• The expert committee, in its submission to NGT, recommended that the lakes be de-silted to the original lakebed. That is to remove 19.4+7.8 million tonnes. De-silting this humongous quantity is a daunting task.
    • The quantum of SS cocktail accumulated on the Bellandur lakebed is equivalent to the quantum of garbage Bangalore would take 10.5 years to generate. (@ the rate of 5000 tonnes/day that Bengaluru generates today).
    • The quantum of ss cocktail accumulated on the Varthur lakebed is equivalent to the quantum of garbage Bangalore would take 4 years to generate.
    • Mavallipuram landfill had close to 4 million tonnes of garbage before it was closed. The quantity of toxic cocktail in Bellandur lakebed is 4.8 times more than what is in Mavallipuram and for Varthur lake it is 1.8 times more. In this context, de-silting seems like translocating a landfill or a lakefill, in this case.
  • To practically de-silt, such huge quantities will take a long time. Even if we can remove 1000 tonnes per day, it will still take 53 years to completely de-silt Bellandur lakebed. It will take 20 years to de-silt Varthur lakebed. What about traffic, road wear and tear and air pollution and the related health hazards as the heavy trucks move in and out of these congested roads?
  • If the de-silting were to be carried out for a year, then only 1.8% of the total toxic cocktail on Bellandur lakebed and 4.9% on Varthur lakebed would have been removed. This is at a huge cost of hundreds of crores of rupees. Currently, 300 crores is allocated for de silting Bellandur lake alone. Compare that with 9.23 crores allotted to Bellanduru ward. What measurable benefits are obtained from this expensive activity? Can the cost justify the benefits? Does the economics work out?
  • Where will the toxic cocktail go? Is it safe to be given to the farmers? Have the farmers been informed of the risk and the precautions they need to take? Our constitution provides the same right to clean and healthy environment to farmers as well. The produce they grow with such toxic inputs will come back on our food plate. Then comes the question of food safety and risk to public health.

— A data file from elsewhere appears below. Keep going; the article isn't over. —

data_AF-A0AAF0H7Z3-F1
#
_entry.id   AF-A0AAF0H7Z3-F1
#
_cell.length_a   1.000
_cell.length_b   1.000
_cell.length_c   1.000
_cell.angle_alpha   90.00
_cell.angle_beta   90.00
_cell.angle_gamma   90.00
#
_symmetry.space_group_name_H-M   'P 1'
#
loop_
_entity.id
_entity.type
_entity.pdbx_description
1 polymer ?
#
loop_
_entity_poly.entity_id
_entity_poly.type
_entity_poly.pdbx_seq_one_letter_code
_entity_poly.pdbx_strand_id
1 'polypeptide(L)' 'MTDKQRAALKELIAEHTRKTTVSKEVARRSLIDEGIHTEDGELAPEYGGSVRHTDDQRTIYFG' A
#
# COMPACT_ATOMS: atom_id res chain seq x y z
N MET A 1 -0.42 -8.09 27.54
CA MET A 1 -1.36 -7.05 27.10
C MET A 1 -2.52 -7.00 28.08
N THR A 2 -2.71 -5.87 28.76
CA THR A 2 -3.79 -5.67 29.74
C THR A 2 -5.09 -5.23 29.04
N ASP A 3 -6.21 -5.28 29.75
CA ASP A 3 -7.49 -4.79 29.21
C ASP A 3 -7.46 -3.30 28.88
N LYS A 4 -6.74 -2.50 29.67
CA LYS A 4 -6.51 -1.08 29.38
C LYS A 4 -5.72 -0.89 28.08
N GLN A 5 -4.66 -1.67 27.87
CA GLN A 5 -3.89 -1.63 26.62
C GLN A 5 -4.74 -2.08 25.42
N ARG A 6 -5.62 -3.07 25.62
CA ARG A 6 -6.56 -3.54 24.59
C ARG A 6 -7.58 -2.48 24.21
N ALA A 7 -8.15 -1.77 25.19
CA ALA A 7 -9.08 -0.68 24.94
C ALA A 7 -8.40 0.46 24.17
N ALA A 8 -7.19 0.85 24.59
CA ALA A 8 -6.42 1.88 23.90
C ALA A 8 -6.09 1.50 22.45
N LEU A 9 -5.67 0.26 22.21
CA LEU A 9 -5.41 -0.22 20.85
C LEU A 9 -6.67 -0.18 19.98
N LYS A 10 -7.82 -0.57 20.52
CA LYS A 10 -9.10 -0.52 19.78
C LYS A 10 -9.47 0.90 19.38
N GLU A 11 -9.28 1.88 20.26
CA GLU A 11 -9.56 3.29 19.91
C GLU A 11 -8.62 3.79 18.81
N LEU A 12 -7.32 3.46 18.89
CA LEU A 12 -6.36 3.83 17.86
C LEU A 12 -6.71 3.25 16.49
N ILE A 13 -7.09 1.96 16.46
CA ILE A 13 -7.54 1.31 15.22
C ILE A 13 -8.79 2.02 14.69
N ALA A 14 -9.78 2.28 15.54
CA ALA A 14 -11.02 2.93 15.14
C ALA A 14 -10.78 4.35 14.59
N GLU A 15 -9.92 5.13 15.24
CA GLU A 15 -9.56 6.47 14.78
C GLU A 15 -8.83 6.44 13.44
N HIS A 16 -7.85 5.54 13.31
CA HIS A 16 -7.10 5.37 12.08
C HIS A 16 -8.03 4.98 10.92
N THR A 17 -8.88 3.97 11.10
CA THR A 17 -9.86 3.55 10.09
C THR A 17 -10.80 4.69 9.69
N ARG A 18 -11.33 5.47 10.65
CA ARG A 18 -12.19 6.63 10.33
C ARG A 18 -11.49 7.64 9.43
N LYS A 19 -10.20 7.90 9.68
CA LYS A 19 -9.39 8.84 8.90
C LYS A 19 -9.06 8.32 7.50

• Can the toxic cocktail be sent to quarries? We in Bengaluru have no place to put our garbage and suffer from a perennial garbage crisis. In that context, is there enough space to dump this toxic cocktail elsewhere?

3. Environmental Impact Assessment:

The current measures of Diversion and De-silting are in-fact translocating polluting matter with significant and irreversible environmental impact. Such changes require an Environmental Impact Assessment (EIA) including cost benefit analysis. EIA has a special place in environmentally sound management of lake ecosystems. This will ensure a level playing field and remove arbitrariness in decision making process.

4. Stop Pollution at Source:

Lakes are by no means independent of the surrounding land systems. The pollution of the lake ecosystem is directly related to the activity in the catchment area upstream. The lake is just the receiving waterbody. Any interventions to overcome pollution must be targeted upstream where the wastewater is generated. The thumb rule of pollution prevention is “stop pollution at source”. Enforcement programs for pollution prevention is a continuous activity and is cheaper than clean-up afterwards.

5. Develop Lake Ecosystem Management Program:

  • A one-time capital-intensive engineering and infrastructure activity like diversion, de-silting and building sewage treatment plants, is NOT the panacea for mitigating complex pollution problems.
  • To restore and maintain the chemical, physical, and biological integrity of the Lake ecosystem, a Lake Ecosystem Management Program must be developed. This program must be rooted in science with quality water data, clearly defined goals and measurable objectives aligned with financial resources.